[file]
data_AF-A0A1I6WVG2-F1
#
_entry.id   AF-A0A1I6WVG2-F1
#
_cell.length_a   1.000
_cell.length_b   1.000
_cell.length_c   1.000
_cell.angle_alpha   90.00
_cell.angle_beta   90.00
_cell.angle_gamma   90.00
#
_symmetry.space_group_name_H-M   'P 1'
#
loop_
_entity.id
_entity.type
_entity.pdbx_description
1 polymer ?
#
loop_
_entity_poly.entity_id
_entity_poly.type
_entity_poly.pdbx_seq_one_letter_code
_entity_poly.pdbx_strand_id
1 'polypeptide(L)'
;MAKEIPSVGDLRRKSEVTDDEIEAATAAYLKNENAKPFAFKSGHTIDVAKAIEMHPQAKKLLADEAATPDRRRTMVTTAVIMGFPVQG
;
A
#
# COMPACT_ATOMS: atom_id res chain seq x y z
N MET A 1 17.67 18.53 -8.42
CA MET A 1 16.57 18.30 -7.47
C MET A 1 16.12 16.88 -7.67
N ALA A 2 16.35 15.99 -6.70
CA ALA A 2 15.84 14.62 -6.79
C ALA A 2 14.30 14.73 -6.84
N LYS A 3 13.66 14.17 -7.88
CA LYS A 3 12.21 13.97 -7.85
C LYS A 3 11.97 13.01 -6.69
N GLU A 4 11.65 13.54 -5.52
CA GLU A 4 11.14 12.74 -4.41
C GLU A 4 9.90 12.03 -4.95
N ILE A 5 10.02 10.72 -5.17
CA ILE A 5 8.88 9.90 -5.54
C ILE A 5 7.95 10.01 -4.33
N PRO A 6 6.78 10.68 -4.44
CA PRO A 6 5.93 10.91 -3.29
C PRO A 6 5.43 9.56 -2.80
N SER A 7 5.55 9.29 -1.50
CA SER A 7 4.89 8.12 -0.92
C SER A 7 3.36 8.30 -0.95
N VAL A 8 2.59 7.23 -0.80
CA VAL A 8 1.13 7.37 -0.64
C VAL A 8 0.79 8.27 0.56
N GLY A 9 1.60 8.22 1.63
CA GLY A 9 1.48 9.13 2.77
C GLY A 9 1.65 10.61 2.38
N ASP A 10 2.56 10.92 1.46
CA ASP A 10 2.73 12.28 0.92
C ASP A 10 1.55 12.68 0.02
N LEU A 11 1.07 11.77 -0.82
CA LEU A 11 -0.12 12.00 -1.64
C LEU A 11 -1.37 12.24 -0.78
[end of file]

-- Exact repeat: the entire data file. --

data_AF-A0A1I6WVG2-F1
#
_entry.id   AF-A0A1I6WVG2-F1
#
_cell.length_a   1.000
_cell.length_b   1.000
_cell.length_c   1.000
_cell.angle_alpha   90.00
_cell.angle_beta   90.00
_cell.angle_gamma   90.00
#
_symmetry.space_group_name_H-M   'P 1'
#
loop_
_entity.id
_entity.type
_entity.pdbx_description
1 polymer ?
#
loop_
_entity_poly.entity_id
_entity_poly.type
_entity_poly.pdbx_seq_one_letter_code
_entity_poly.pdbx_strand_id
1 'polypeptide(L)'
;MAKEIPSVGDLRRKSEVTDDEIEAATAAYLKNENAKPFAFKSGHTIDVAKAIEMHPQAKKLLADEAATPDRRRTMVTTAVIMGFPVQG
;
A
#
# COMPACT_ATOMS: atom_id res chain seq x y z
N MET A 1 17.67 18.53 -8.42
CA MET A 1 16.57 18.30 -7.47
C MET A 1 16.12 16.88 -7.67
N ALA A 2 16.35 15.99 -6.70
CA ALA A 2 15.84 14.62 -6.79
C ALA A 2 14.30 14.73 -6.84
N LYS A 3 13.66 14.17 -7.88
CA LYS A 3 12.21 13.97 -7.85
C LYS A 3 11.97 13.01 -6.69
N GLU A 4 11.65 13.54 -5.52
CA GLU A 4 11.14 12.74 -4.41
C GLU A 4 9.90 12.03 -4.95
N ILE A 5 10.02 10.72 -5.17
CA ILE A 5 8.88 9.90 -5.54
C ILE A 5 7.95 10.01 -4.33
N PRO A 6 6.78 10.68 -4.44
CA PRO A 6 5.93 10.91 -3.29
C PRO A 6 5.43 9.56 -2.80
N SER A 7 5.55 9.29 -1.50
CA SER A 7 4.89 8.12 -0.92
C SER A 7 3.36 8.30 -0.95
N VAL A 8 2.59 7.23 -0.80
CA VAL A 8 1.13 7.37 -0.64
C VAL A 8 0.79 8.27 0.56
N GLY A 9 1.60 8.22 1.63
CA GLY A 9 1.48 9.13 2.77
C GLY A 9 1.65 10.61 2.38
N ASP A 10 2.56 10.92 1.46
CA ASP A 10 2.73 12.28 0.92
C ASP A 10 1.55 12.68 0.02
N LEU A 11 1.07 11.77 -0.82
CA LEU A 11 -0.12 12.00 -1.64
C LEU A 11 -1.37 12.24 -0.78